Dining » Drink Features

Origin Turns All-Natural Piccadilly Creamery Base into Line of A2 milks



Adrian Bota had his Finger on the pulse of the organic frozen treats wave when he launched Piccadilly Artisan Yogurt in 2013 and followed it the next year with Piccadilly Artisan Creamery. Since the shops' inception, Bota has been looking for a way to bottle the all-natural Guernsey cows' milk he uses. Now, with interest peaking in Guernsey milk, Bota once again finds himself ahead of the curve.

Last fall, Bota debuted Origin (originmilk.com), a line of milk sourced exclusively from Guernsey cows. The company's whole milk, 2-percent, chocolate milk and heavy cream hit the shelves of local grocery stores this January and soon will be sold at Whole Foods and Giant Eagle's Market District. Later this year, Origin will add butter, half and half, goats' milk and goats' cheese.

Sourced exclusively from Guernsey herds in Holmes County, Origin contains purely A2 beta casein protein, a protein that was once present in all cows' milk before genetic mutations and breeding practices pushed it out. A2 milk is characterized by its rich golden hue and increased health benefits.

"We can make people healthier by giving them less processed, real, down-to-earth products," insists Bota.

The exact health benefits are debated, which required Bota to push hard to create a regulatory pathway to sell his products. But A2 milk has been shown to have a higher vitamin content and more Omega-3, in part due to grass grazing. Low-heat pasteurization and higher percentage of milk fat add to the benefits.

"Consumer education is probably the number one thing we have to do," says Bota. "Between the background on the milk and its genetics, there's a science to it."

While many breeds have at least some traces of A2, the Guernsey factor makes all the difference, he explains. It can be appreciated in the golden color and rich flavor and is often compared to goats' milk because its genetic makeup is closest to mother's milk. The lack of homogenization allows a layer of cream to float to the top while providing a thicker consistency.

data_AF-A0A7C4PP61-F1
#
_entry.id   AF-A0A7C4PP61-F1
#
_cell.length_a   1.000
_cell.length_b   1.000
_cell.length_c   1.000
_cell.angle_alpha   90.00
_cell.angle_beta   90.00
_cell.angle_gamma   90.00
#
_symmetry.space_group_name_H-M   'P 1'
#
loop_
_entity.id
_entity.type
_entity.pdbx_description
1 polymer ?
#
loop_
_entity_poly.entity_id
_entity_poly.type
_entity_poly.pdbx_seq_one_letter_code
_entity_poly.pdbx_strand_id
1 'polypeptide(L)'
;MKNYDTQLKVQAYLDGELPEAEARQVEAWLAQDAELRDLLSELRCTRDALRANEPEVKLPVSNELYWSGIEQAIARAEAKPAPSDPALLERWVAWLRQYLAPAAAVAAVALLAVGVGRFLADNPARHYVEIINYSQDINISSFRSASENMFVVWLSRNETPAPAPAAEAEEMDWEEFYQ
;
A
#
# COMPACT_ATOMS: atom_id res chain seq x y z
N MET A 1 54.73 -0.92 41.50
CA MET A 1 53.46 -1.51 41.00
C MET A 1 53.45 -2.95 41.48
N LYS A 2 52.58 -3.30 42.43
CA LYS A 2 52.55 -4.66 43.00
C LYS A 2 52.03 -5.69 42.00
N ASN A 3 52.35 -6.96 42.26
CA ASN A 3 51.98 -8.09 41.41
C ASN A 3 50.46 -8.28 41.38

Since Guernseys are relatively light producers, farmers hoping to harvest as much milk as possible historically have turned their backs on the breed. "That's great for us," says Bota, because the cows remain largely unmodified.

"When we started caring more about the quantity of milk and not the quality of milk, we moved away from this, cheapened this," he says. "We're bringing back something that we once did really well."

Even the name "Origin" speaks to modern awareness about where our food comes from and how it's made. But it also looks to the past, when A2 milk was the status quo.

"Younger generations hear the story of A2 Guernsey milk and theoretically it sounds good, but they don't have a point of reference," Bota says. "But when we demo it in stores, people of a certain age say, 'It takes me back. It reminds me of how milk used to be when we had it delivered to our home.'"

Bota hopes to expand the Guernsey A2 milk market to other states.

"I don't want this to be an Ohio milk sent to other places; that undoes the Origin ethos," he says. "I'd like to partner up with local farmers under the Origin label, since demand and marketing is already there. That way the milk sourced is always local."

A recipe book might also be down the line.

"I think that anything we can do to go back in time and do things the way we used to will benefit the cows, the farmers, the environment and then us," Bota says.

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